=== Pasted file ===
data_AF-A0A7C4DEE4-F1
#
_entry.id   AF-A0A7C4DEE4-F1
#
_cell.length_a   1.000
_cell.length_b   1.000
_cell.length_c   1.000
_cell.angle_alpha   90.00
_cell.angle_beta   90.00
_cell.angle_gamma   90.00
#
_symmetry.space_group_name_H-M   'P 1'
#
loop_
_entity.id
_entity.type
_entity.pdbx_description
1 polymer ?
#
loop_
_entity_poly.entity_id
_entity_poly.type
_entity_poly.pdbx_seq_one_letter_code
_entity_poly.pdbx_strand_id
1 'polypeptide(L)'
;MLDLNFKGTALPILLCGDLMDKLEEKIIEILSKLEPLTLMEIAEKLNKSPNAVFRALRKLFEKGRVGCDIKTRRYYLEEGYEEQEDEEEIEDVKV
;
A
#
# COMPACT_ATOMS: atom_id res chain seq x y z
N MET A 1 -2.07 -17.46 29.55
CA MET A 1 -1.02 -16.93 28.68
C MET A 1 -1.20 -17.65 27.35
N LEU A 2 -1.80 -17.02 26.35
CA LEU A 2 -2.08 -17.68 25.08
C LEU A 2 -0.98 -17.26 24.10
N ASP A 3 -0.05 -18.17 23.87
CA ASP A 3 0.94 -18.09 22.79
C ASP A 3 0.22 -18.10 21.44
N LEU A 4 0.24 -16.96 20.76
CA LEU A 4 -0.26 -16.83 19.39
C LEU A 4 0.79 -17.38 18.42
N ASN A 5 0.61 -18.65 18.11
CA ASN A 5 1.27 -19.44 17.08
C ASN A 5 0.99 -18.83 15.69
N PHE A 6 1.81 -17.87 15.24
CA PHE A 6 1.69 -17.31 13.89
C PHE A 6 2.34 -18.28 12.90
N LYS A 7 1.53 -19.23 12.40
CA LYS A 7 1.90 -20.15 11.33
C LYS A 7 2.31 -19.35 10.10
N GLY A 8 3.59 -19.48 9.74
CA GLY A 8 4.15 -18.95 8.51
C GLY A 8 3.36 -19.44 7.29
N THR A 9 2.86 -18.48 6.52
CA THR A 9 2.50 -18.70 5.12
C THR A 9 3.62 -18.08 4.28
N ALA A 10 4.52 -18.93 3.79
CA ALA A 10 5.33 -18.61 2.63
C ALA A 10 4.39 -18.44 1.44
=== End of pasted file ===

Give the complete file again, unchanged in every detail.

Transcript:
data_AF-A0A7C4DEE4-F1
#
_entry.id   AF-A0A7C4DEE4-F1
#
_cell.length_a   1.000
_cell.length_b   1.000
_cell.length_c   1.000
_cell.angle_alpha   90.00
_cell.angle_beta   90.00
_cell.angle_gamma   90.00
#
_symmetry.space_group_name_H-M   'P 1'
#
loop_
_entity.id
_entity.type
_entity.pdbx_description
1 polymer ?
#
loop_
_entity_poly.entity_id
_entity_poly.type
_entity_poly.pdbx_seq_one_letter_code
_entity_poly.pdbx_strand_id
1 'polypeptide(L)'
;MLDLNFKGTALPILLCGDLMDKLEEKIIEILSKLEPLTLMEIAEKLNKSPNAVFRALRKLFEKGRVGCDIKTRRYYLEEGYEEQEDEEEIEDVKV
;
A
#
# COMPACT_ATOMS: atom_id res chain seq x y z
N MET A 1 -2.07 -17.46 29.55
CA MET A 1 -1.02 -16.93 28.68
C MET A 1 -1.20 -17.65 27.35
N LEU A 2 -1.80 -17.02 26.35
CA LEU A 2 -2.08 -17.68 25.08
C LEU A 2 -0.98 -17.26 24.10
N ASP A 3 -0.05 -18.17 23.87
CA ASP A 3 0.94 -18.09 22.79
C ASP A 3 0.22 -18.10 21.44
N LEU A 4 0.24 -16.96 20.76
CA LEU A 4 -0.26 -16.83 19.39
C LEU A 4 0.79 -17.38 18.42
N ASN A 5 0.61 -18.65 18.11
CA ASN A 5 1.27 -19.44 17.08
C ASN A 5 0.99 -18.83 15.69
N PHE A 6 1.81 -17.87 15.24
CA PHE A 6 1.69 -17.31 13.89
C PHE A 6 2.34 -18.28 12.90
N LYS A 7 1.53 -19.23 12.40
CA LYS A 7 1.90 -20.15 11.33
C LYS A 7 2.31 -19.35 10.10
N GLY A 8 3.59 -19.48 9.74
CA GLY A 8 4.15 -18.95 8.51
C GLY A 8 3.36 -19.44 7.29
N THR A 9 2.86 -18.48 6.52
CA THR A 9 2.50 -18.70 5.12
C THR A 9 3.62 -18.08 4.28
N ALA A 10 4.52 -18.93 3.79
CA ALA A 10 5.33 -18.61 2.63
C ALA A 10 4.39 -18.44 1.44